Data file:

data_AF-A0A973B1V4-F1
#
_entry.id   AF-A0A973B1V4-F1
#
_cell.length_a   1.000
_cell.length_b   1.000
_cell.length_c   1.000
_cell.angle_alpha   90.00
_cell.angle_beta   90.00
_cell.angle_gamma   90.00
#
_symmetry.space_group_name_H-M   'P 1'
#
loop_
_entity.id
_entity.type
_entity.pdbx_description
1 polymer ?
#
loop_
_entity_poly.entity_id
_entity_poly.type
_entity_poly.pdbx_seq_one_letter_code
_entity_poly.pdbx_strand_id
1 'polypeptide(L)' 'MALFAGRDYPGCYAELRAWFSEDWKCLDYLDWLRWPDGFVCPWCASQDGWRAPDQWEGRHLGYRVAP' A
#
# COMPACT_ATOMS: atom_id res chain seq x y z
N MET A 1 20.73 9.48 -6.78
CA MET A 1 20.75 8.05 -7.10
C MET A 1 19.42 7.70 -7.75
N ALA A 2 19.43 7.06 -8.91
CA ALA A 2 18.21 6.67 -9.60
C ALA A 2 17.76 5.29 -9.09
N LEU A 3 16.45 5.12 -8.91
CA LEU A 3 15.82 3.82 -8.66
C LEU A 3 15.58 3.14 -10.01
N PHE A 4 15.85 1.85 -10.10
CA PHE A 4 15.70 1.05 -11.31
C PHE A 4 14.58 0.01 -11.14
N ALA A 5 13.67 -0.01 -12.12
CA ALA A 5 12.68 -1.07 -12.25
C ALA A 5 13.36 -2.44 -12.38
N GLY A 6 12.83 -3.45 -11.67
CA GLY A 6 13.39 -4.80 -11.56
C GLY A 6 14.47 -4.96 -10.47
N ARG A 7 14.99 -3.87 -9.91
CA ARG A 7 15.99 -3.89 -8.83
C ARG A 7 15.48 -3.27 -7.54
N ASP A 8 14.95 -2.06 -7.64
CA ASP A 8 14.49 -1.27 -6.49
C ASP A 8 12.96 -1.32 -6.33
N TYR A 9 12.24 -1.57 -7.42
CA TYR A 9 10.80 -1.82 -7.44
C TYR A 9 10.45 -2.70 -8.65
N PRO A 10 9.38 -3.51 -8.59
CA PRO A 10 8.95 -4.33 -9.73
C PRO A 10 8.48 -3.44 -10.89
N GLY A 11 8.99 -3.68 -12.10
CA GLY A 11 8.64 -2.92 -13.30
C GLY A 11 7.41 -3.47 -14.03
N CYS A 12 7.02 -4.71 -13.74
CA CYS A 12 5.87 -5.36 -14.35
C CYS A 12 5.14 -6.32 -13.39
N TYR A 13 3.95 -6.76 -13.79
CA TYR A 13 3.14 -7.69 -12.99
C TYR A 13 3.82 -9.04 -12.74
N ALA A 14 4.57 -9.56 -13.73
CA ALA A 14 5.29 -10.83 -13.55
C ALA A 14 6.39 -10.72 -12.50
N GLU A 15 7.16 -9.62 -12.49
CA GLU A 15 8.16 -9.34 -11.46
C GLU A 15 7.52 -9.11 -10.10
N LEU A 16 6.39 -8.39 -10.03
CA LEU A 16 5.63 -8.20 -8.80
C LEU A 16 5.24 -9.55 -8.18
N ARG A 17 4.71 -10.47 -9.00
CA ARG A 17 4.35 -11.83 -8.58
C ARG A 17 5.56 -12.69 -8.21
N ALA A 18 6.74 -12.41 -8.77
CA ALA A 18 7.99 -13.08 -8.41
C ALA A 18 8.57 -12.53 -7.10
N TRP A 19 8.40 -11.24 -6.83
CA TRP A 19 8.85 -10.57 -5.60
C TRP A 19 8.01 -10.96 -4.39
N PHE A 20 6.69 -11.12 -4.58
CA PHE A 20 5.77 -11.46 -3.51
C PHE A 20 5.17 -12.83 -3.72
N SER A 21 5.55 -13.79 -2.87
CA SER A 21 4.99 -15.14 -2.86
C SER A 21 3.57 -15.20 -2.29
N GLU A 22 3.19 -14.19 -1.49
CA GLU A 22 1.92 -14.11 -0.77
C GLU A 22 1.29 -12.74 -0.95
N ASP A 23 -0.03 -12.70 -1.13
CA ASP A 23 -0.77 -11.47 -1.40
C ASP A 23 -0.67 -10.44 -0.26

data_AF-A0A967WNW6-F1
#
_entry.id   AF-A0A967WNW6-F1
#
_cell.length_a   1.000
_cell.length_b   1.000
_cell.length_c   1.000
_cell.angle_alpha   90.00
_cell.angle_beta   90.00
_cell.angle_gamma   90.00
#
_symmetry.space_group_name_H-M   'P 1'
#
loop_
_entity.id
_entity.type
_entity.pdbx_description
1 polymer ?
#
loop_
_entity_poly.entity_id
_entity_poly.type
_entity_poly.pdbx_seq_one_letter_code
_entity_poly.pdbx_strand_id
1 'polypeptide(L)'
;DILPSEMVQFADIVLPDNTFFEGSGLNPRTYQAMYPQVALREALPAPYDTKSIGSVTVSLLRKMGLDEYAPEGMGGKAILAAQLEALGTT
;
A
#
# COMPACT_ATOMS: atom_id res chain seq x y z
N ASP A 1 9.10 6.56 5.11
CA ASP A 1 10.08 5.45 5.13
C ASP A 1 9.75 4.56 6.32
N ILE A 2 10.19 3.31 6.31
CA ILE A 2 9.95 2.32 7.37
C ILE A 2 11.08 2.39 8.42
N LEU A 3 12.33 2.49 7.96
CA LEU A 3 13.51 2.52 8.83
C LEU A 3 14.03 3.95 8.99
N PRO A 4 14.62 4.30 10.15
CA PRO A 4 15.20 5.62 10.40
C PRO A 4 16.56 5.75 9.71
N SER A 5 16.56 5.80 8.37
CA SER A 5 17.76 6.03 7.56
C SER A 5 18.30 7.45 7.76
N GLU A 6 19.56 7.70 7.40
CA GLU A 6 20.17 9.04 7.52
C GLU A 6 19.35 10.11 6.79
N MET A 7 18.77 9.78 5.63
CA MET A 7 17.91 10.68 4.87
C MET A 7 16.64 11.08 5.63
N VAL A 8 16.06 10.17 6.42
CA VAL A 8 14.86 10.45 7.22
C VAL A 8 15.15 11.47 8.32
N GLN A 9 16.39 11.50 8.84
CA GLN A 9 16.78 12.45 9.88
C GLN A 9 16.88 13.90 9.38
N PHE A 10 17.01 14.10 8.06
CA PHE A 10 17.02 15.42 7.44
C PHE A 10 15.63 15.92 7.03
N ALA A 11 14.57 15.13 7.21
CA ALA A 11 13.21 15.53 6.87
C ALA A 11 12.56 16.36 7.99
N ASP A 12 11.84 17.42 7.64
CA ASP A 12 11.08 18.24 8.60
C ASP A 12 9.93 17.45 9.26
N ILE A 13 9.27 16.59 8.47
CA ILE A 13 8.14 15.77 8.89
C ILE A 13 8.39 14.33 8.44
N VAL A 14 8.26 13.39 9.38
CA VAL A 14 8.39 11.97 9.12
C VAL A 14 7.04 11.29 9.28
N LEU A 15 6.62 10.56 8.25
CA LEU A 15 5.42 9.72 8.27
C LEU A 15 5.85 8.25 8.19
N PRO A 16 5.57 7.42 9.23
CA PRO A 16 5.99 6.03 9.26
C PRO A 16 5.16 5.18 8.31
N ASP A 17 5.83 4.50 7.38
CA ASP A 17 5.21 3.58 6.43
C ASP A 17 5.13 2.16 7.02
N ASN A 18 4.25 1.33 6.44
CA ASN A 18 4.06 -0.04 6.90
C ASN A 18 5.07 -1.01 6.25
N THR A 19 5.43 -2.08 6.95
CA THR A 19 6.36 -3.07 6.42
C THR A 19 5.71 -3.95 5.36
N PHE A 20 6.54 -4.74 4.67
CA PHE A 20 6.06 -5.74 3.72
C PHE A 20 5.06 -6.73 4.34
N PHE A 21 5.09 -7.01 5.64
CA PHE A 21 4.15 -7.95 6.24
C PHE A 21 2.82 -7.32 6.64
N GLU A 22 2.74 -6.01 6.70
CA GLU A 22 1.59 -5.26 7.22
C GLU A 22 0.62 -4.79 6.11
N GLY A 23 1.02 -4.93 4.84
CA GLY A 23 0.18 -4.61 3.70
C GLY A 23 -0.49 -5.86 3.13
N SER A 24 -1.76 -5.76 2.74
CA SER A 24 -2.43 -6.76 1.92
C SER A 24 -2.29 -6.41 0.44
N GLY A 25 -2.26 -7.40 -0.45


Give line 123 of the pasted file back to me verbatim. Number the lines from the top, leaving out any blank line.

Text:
;